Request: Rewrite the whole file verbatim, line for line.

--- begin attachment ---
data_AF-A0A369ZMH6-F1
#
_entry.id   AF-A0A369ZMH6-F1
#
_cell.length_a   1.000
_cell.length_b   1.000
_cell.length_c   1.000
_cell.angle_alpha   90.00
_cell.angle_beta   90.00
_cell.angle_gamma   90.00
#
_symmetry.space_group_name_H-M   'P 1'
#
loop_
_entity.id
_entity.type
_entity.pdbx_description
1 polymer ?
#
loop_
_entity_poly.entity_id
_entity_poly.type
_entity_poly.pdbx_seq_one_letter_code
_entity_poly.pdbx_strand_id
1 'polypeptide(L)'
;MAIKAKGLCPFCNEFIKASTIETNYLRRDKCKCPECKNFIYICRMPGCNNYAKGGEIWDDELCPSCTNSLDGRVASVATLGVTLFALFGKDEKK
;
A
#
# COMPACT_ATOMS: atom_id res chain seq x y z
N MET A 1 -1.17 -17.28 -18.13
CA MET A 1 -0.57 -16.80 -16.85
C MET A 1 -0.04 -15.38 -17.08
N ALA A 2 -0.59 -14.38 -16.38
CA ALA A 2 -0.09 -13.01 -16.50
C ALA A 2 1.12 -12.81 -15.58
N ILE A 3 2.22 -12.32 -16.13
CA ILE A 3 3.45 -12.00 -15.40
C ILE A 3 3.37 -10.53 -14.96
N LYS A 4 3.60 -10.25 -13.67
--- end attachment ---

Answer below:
data_AF-A0A369ZMH6-F1
#
_entry.id   AF-A0A369ZMH6-F1
#
_cell.length_a   1.000
_cell.length_b   1.000
_cell.length_c   1.000
_cell.angle_alpha   90.00
_cell.angle_beta   90.00
_cell.angle_gamma   90.00
#
_symmetry.space_group_name_H-M   'P 1'
#
loop_
_entity.id
_entity.type
_entity.pdbx_description
1 polymer ?
#
loop_
_entity_poly.entity_id
_entity_poly.type
_entity_poly.pdbx_seq_one_letter_code
_entity_poly.pdbx_strand_id
1 'polypeptide(L)'
;MAIKAKGLCPFCNEFIKASTIETNYLRRDKCKCPECKNFIYICRMPGCNNYAKGGEIWDDELCPSCTNSLDGRVASVATLGVTLFALFGKDEKK
;
A
#
# COMPACT_ATOMS: atom_id res chain seq x y z
N MET A 1 -1.17 -17.28 -18.13
CA MET A 1 -0.57 -16.80 -16.85
C MET A 1 -0.04 -15.38 -17.08
N ALA A 2 -0.59 -14.38 -16.38
CA ALA A 2 -0.09 -13.01 -16.50
C ALA A 2 1.12 -12.81 -15.58
N ILE A 3 2.22 -12.32 -16.13
CA ILE A 3 3.45 -12.00 -15.40
C ILE A 3 3.37 -10.53 -14.96
N LYS A 4 3.60 -10.25 -13.67